April 3, 2020

our homeschool rhythm

When we headed home from California after our first week of spring break, we came back to social distancing/quarantine conditions. As soon as word got out that schools might be closed for awhile I got pretty darn excited about the prospect of homeschooling for awhile. And the wheels in my head started spinning and viola! A homeschool plan for 5 kids ages 2 to 16 was born.

(the basic plan with revising notes)

I will start by saying that my kids are used to a homeschool plan every summer and usually during spring and fall breaks as well. (Never this intense, but still). So when I presented a plan to them it really wasn’t a shock. I’m certain they were even expecting it and glad that I came through for them.

We started out homeschool routine before the official spring break was over. Perry thrives off of a schedule, and so do I. And I wanted to give us a few days to ease into it and work out any adjustments to my original plan so the next week we would be ready to go.

So day one we went through the routine all together but kept each activity to 15-20 min. I explained how it would look on the real homeschool days—how much time they would normally have, what the expectations and options would be, etc. Perry joined us for the whole thing and that was a treat to have him there reading, playing games, and drawing with us.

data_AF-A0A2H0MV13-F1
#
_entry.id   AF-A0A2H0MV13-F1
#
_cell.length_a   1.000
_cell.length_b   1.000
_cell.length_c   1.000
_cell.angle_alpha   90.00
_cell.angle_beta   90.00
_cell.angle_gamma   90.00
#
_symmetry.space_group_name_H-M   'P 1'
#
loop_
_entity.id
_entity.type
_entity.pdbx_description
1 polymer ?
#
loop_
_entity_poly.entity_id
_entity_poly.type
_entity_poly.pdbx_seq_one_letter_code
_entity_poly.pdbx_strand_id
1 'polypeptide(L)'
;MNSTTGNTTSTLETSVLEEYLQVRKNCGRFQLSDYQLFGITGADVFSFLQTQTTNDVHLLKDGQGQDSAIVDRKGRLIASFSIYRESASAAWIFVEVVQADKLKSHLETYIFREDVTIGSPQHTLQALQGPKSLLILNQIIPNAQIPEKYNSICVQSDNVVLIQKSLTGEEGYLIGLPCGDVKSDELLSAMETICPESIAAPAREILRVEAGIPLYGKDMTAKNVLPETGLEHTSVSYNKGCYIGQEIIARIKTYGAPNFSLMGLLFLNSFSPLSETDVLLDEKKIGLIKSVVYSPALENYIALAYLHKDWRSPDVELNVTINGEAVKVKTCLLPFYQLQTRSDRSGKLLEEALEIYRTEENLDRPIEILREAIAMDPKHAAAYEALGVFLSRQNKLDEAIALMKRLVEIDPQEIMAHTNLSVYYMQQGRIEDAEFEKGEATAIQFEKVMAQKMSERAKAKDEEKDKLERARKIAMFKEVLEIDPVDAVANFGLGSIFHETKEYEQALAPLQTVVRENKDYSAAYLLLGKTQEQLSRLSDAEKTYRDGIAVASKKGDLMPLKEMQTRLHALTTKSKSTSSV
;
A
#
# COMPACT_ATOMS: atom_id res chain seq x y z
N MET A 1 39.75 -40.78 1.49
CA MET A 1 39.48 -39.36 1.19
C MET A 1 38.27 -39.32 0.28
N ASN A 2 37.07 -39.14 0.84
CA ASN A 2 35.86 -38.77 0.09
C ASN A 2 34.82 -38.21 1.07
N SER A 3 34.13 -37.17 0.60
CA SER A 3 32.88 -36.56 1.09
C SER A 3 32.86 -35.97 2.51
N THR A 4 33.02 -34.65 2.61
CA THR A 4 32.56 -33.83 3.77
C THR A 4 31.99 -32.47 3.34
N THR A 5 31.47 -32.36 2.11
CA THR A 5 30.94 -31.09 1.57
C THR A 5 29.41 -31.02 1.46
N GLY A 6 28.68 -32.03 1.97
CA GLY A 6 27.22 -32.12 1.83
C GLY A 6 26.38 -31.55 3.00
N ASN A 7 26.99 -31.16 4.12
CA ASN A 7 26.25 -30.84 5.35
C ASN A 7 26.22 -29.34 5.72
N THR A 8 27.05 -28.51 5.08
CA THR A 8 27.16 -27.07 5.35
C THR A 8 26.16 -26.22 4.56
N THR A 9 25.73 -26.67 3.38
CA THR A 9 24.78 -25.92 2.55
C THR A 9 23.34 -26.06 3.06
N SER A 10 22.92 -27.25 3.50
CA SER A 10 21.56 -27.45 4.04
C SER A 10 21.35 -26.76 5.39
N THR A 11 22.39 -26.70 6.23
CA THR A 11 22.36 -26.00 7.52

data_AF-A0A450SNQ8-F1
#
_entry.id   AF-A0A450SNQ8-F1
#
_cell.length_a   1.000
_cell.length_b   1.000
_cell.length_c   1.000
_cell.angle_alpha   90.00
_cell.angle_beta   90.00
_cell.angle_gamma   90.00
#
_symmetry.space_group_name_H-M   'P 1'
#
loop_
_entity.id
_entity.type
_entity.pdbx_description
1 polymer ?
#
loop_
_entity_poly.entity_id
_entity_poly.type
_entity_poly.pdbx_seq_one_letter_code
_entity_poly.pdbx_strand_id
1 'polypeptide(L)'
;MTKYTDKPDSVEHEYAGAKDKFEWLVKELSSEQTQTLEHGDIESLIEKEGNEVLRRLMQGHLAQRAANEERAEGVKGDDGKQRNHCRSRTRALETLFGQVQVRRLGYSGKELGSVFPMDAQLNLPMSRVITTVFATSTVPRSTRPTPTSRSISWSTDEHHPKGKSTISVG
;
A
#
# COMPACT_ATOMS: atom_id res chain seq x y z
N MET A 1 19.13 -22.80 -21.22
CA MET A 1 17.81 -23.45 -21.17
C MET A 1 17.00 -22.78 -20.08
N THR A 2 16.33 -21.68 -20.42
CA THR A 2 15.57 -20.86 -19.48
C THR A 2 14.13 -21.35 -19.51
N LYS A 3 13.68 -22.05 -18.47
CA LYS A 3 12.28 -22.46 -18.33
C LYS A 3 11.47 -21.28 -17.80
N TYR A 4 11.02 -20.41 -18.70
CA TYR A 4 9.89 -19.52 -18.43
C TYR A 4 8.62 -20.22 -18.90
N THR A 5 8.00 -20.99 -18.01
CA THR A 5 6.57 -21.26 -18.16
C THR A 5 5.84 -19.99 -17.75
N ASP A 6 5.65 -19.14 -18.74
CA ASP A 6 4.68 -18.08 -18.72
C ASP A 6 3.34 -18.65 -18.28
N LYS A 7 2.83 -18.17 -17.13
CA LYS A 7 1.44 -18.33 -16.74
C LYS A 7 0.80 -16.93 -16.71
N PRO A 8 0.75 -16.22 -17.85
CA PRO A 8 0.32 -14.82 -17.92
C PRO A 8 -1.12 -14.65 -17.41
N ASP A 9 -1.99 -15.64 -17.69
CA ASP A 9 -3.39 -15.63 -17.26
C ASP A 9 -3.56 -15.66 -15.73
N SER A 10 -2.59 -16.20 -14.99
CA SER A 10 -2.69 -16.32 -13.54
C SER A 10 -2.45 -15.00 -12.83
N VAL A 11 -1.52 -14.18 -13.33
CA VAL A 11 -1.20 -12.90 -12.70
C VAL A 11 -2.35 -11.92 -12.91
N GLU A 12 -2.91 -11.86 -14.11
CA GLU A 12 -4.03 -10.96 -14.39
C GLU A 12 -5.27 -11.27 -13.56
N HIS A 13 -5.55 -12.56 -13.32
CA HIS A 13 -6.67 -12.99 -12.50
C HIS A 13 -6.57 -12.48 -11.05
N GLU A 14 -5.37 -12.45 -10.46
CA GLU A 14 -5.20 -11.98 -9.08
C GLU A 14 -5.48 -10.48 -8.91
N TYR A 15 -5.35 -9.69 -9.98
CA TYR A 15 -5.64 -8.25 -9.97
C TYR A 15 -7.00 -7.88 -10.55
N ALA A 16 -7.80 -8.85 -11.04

The next two days we tried out the plan for the full day, but stayed really flexible and relaxed about it. I learned it would be best to make a few changes to the time that we started and our afternoon schedule. 

Now we have completed two full weeks of homeschool and we have found our rhythm. Some days the most important lessons we learn are how to resolve conflicts, but an education is an education for life.

Our day looks like this:

8am-8:30am : wake up, eat breakfast, chores
8:30am-9am : Seminary/spiritual (come follow me as a family, personal scripture study, study general conference talks, do seminary assignments, read the Friend magazine, explore the church website/videos)
9am-9:45am : Writing (handwriting, journal, compose letters and emails, language arts lessons, grammar, editing, spelling)
9:45am-10:45am : Outside/PE (exercise, ride bikes, go on walks, jump on the trampoline, sidewalk chalk, collect bugs, etc)
10:45am-11:30am : Math (lesson, worksheets and then play board games with each other)
11:30am-12:15pm : Create (art-drawing, painting, coloring, music-piano, singing, recorders, dancing, building toys-kapla blocks, marble run, magna tiles etc)
12:15pm-1pm : Lunch (eat, clean up kitchen, break)
1pm-2pm : Reading (independent reading, language arts lesson, vocabulary, poetry, read aloud)
2pm-2:30pm : History (history program all together, read aloud, research, history videos on topics we pick from you tube)
2:30pm-3pm : Science (experiments, cooking, games, health)

We stick to the schedule each day, but we stay flexible and try not to stress about it. (Mostly I have to remind myself of this...). The schedule is built to make sure we have enough downtime, academic time, alone, sibling, and family time, fun, productivity, and lots of choice and control over our own goals. It gives us a chance to have valuable experiences that we don’t always get to have with our normally full days of school and sports. It gives me time to meet with individuals while the others are working independently. 

Phones are supposed to be put away during our school day, but I have to keep reminding some people about that. 

Thursday’s are our cleaning day. So lessons and outside time might be cut short and modified because we have a list of extra chores (bathrooms and floors) that we divide up to get done at some point during the day.

Friday afternoons we gather for poetry recitations and storytelling. Eric tries to join us for those, so that’s a bonus.